QAccording to the World Bank, over the past 10 years, Jordan has successfully pursued structural reforms in education, health, privatization and liberalization. Real GDP growth is forecast to stand at 3.7% in 2016 which considering the global economy is a figure that many countries are envious of. From your position as the leader of one of the main banks in the country, how do you see the fundamentals of the Jordanian economy at this time.
IGS: First of all the revised GDP growth figure was 2.3%. I wish it remained at 3.6 but unfortunately it’s not. As far as fundamentals, I think Jordan does have the right and necessary fundamentals, as you said we have undergone a lot of reforms. We continue to do that. In regards to the banking sector, we are, through the Central Bank, implementing a lot of the governance reforms. In my opinion one of the key fundamentals in Jordan is the political stability that we enjoy; because that is the difference between attracting investments and not attracting investments. Consider that we are in the middle of so many crises all around us and yet we are still hosting you here, safely, enjoying yourselves, and talking business; I think that says it all. There's a lot of things happening, for example, on the investment authority side in terms of improving and making it a bit easier for investors and so forth. So all in all, I think the country is moving in so many directions. Unfortunately, we are undergoing tough situations worldwide and we are part of this world so we just have to survive for the time being yet we are moving, we are growing, and we are reforming. That’s a general type of impression or general type of conclusion that you can see or make about the country.
QThis summer saw the United Kingdom vote ‘Leave’ during the BREXIT referendum. However, with regards to its foreign policy – and Jordan specifically – the UK government was quick to point out that BREXIT would in no way affect the bilateral relationship. What do you believe will be the impact of BREXIT in in terms of the bilateral ties internationally and specifically with Jordan and what will be impact on London as the financial hub of the world?
IGS: I am not the expert of that, but I will give it my best shot. Tomorrow, when you meet with the finance minister, maybe he can shine more light on this. I see it like this: from a U.K. perspective, it probably should benefit Jordan in the sense that, now that the U.K. has exited from the European Union, it probably needs to develop more ties with other countries such as Jordan. I see that as a positive from that particular angle. On the European side, the ties will remain good, maybe they will improve as well. When you look at Europe today, it is probably too busy with its own issues. There were talks a couple of days ago about the Euro probably reaching to a dollar. So again, they have their own set of issues. It doesn't mean the bi-laterals won’t continue to be there, they are just too busy with their own separate issues. On the U.K. side, if you ask me my personal opinion, I would have preferred that it didn’t happen. But from what I understand it might be prevented at the parliamentary level now. I think that was a big gamble at the time. An issue like that, it needs more depth, studies, and insight to make a decision like that. I think their relationship with the U.K. will continue to be there, the business will probably grow, as far as bi-laterals are concerned. At the end of the day, they have their sets of issues, we have ours, and I'm sure we'll manage. I still insist that question is probably better answered by the Minister of Finance.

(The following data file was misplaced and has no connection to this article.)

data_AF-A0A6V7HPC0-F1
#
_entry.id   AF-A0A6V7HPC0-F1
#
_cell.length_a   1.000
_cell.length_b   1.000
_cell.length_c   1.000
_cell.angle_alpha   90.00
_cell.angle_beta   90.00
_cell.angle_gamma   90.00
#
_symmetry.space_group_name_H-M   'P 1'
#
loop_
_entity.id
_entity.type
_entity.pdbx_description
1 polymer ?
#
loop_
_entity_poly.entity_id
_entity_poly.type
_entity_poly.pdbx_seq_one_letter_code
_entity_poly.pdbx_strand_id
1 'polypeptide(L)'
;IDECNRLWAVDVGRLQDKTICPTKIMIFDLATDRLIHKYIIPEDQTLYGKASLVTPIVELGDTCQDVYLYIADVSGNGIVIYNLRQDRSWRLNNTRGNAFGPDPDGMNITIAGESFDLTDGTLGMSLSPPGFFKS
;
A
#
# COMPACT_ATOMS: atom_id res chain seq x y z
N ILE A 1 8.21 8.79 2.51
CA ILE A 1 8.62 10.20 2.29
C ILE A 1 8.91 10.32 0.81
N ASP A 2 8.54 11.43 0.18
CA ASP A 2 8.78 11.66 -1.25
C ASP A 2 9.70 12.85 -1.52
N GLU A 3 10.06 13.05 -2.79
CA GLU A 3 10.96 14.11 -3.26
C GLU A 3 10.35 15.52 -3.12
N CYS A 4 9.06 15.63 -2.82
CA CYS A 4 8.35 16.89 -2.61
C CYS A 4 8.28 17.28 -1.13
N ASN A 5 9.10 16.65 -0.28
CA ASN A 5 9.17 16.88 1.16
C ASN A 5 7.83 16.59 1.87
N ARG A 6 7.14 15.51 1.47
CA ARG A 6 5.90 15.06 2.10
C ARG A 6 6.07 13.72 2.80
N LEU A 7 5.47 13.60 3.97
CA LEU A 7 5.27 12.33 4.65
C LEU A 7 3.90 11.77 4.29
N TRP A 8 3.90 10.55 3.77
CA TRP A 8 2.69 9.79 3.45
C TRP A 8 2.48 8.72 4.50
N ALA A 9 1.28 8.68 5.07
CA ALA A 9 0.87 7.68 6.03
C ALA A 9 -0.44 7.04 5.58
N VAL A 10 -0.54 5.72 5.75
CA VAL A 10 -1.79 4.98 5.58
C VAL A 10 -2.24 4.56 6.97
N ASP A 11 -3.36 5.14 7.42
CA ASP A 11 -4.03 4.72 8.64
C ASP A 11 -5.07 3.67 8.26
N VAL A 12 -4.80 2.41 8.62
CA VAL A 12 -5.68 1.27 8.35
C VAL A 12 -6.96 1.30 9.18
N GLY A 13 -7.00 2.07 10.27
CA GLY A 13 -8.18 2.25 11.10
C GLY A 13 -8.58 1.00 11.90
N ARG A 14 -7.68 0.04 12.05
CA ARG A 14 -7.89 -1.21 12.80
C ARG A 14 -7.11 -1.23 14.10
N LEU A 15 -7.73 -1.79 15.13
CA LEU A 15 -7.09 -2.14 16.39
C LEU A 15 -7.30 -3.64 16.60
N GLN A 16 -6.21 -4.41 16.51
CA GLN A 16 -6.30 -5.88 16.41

QMoving to the Banking Sector in Jordan. Financial inclusion is a major topic in the Arab world, and something we also discussed at length with the Governor of the Central Bank, Dr. Ziad Faris. Earlier this year, you were awarded the "Arab World's Leading Bank in Financial Inclusion", presented by the World Union of Arab Bankers. Could you please share with us some of the measures that you have undertaken to increase financial inclusion in Jordan?
IGS: The compliance world we are living in today is a big challenge, so you’ve got your banked people, unbanked and so forth. One example of a simple measure we are doing, is that we are connecting with a large company that has thousands of foreign labour employees from the far east, who are unbanked by definition. We are issuing debit cards and such through MEPS and therefore enabling them to utilise banking services; yet they are unbanked as far as having accounts. So, we engage in initiatives like that. We are trying to cater a lot of services to those who are able, and also those who are less able. We came up with products like the tourism loan with the U.S. Aid, trying to cater for small businesses who don't have much collateral. They may not be your best bankable segment; but with some guarantees from other agencies, we are trying to make that happen. We are taking initiatives here and there in order to reflect our wide presence and put it to use. We are the widest spread bank in Jordan. We have almost 140 branches, and those branches are strategically widespread. Another bank may have 90, branches; but 70 of those may be in western Amman, as opposed to us spread all over the country, and that is the key difference. We are spread at the branch level, and where that is not possible, we are spread at the ATM level, trying to cater to a lot of people. That is the strategy the bank has been growing for years, and we are continuing it.